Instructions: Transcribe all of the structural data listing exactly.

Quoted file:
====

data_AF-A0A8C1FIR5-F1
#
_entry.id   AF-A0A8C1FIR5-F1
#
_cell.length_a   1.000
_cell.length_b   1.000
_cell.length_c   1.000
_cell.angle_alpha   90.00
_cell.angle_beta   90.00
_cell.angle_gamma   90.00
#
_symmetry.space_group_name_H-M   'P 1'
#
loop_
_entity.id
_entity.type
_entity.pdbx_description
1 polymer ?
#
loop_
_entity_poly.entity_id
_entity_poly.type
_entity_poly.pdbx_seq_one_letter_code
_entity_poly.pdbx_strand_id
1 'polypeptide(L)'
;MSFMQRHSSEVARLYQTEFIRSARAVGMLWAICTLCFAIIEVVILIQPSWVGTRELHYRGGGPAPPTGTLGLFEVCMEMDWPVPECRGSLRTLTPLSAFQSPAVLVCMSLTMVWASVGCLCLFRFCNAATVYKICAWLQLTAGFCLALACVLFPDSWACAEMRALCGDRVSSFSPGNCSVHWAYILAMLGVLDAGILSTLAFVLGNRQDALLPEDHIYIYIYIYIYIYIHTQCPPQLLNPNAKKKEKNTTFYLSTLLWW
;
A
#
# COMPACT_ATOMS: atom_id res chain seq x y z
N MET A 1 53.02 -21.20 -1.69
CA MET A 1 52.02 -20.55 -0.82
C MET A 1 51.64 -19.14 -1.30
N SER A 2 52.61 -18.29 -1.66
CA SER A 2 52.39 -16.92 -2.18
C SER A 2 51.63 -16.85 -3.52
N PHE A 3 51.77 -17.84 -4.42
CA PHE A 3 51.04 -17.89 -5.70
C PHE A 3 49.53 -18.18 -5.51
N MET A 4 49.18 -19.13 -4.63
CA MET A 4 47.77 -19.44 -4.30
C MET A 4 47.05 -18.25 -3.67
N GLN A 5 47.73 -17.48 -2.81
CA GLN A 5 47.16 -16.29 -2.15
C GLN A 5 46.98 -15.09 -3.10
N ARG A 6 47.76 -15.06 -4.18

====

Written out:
data_AF-A0A8C1FIR5-F1
#
_entry.id   AF-A0A8C1FIR5-F1
#
_cell.length_a   1.000
_cell.length_b   1.000
_cell.length_c   1.000
_cell.angle_alpha   90.00
_cell.angle_beta   90.00
_cell.angle_gamma   90.00
#
_symmetry.space_group_name_H-M   'P 1'
#
loop_
_entity.id
_entity.type
_entity.pdbx_description
1 polymer ?
#
loop_
_entity_poly.entity_id
_entity_poly.type
_entity_poly.pdbx_seq_one_letter_code
_entity_poly.pdbx_strand_id
1 'polypeptide(L)'
;MSFMQRHSSEVARLYQTEFIRSARAVGMLWAICTLCFAIIEVVILIQPSWVGTRELHYRGGGPAPPTGTLGLFEVCMEMDWPVPECRGSLRTLTPLSAFQSPAVLVCMSLTMVWASVGCLCLFRFCNAATVYKICAWLQLTAGFCLALACVLFPDSWACAEMRALCGDRVSSFSPGNCSVHWAYILAMLGVLDAGILSTLAFVLGNRQDALLPEDHIYIYIYIYIYIYIHTQCPPQLLNPNAKKKEKNTTFYLSTLLWW
;
A
#
# COMPACT_ATOMS: atom_id res chain seq x y z
N MET A 1 53.02 -21.20 -1.69
CA MET A 1 52.02 -20.55 -0.82
C MET A 1 51.64 -19.14 -1.30
N SER A 2 52.61 -18.29 -1.66
CA SER A 2 52.39 -16.92 -2.18
C SER A 2 51.63 -16.85 -3.52
N PHE A 3 51.77 -17.84 -4.42
CA PHE A 3 51.04 -17.89 -5.70
C PHE A 3 49.53 -18.18 -5.51
N MET A 4 49.18 -19.13 -4.63
CA MET A 4 47.77 -19.44 -4.30
C MET A 4 47.05 -18.25 -3.67
N GLN A 5 47.73 -17.48 -2.81
CA GLN A 5 47.16 -16.29 -2.15
C GLN A 5 46.98 -15.09 -3.10
N ARG A 6 47.76 -15.06 -4.18